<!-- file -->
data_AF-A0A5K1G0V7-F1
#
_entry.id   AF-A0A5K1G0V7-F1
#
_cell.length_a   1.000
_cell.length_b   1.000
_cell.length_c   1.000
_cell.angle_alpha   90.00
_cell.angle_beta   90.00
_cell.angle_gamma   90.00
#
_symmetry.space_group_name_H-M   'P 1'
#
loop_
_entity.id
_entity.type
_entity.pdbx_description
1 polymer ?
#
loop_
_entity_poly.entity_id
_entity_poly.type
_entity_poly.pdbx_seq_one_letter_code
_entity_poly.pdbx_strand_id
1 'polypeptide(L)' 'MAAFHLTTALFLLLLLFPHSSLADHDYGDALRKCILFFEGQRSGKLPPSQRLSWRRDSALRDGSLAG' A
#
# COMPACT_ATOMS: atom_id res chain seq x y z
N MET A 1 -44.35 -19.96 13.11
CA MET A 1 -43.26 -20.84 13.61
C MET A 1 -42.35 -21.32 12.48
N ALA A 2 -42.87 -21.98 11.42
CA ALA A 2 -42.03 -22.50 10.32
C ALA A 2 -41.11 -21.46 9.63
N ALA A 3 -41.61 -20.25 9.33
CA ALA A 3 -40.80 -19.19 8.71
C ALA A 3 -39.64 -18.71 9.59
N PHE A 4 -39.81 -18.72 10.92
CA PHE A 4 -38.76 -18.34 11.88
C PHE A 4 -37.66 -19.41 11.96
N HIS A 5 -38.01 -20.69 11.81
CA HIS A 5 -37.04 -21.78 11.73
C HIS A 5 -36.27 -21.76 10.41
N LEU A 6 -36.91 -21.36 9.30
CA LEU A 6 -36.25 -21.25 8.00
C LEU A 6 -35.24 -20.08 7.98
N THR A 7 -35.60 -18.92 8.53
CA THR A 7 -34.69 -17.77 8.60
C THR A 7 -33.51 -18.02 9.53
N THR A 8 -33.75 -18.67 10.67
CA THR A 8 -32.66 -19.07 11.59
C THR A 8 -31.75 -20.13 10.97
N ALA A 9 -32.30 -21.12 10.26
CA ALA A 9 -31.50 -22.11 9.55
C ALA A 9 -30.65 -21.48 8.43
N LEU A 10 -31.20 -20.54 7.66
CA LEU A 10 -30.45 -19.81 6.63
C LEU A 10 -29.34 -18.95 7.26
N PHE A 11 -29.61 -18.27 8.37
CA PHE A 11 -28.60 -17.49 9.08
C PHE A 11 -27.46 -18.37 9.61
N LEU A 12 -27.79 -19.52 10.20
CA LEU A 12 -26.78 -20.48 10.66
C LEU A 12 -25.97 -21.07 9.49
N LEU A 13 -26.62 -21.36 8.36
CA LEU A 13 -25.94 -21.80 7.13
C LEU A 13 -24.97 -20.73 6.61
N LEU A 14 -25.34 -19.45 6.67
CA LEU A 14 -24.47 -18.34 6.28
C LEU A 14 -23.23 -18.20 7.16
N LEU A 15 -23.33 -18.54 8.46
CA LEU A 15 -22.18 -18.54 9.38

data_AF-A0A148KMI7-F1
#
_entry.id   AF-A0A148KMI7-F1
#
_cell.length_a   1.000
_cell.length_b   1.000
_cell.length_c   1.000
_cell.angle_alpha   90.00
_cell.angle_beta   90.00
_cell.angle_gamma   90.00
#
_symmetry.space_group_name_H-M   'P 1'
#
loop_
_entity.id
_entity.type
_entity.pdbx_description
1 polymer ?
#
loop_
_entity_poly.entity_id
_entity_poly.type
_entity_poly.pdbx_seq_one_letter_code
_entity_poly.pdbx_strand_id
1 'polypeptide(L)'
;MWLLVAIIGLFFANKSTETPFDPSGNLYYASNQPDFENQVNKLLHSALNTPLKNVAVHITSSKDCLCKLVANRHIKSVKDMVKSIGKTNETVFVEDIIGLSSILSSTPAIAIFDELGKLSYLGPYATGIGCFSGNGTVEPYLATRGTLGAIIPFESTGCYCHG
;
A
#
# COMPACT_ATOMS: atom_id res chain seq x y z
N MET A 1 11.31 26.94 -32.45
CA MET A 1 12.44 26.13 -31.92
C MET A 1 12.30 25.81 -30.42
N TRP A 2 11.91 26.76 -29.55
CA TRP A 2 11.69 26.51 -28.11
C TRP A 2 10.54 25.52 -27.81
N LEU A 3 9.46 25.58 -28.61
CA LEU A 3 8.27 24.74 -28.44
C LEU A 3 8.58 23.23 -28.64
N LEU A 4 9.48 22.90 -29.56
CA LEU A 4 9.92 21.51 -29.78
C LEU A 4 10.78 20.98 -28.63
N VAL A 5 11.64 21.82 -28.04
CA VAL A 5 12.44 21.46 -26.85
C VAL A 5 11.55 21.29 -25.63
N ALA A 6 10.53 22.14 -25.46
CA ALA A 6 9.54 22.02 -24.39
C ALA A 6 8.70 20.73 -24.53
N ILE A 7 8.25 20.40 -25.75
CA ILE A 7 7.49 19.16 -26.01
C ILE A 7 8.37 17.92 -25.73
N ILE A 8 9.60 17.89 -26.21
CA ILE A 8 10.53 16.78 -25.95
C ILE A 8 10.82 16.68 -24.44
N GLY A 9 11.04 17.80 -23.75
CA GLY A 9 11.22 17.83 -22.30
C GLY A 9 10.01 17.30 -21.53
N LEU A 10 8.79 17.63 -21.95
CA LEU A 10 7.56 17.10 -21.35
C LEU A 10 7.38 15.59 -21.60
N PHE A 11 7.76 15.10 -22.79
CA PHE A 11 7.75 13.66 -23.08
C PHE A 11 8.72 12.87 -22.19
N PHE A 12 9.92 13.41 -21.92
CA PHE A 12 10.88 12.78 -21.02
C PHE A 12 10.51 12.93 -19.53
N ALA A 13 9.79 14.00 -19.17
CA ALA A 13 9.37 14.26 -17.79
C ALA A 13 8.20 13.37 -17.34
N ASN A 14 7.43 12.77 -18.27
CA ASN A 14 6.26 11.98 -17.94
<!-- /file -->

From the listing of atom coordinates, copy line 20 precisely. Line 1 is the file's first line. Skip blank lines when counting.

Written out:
loop_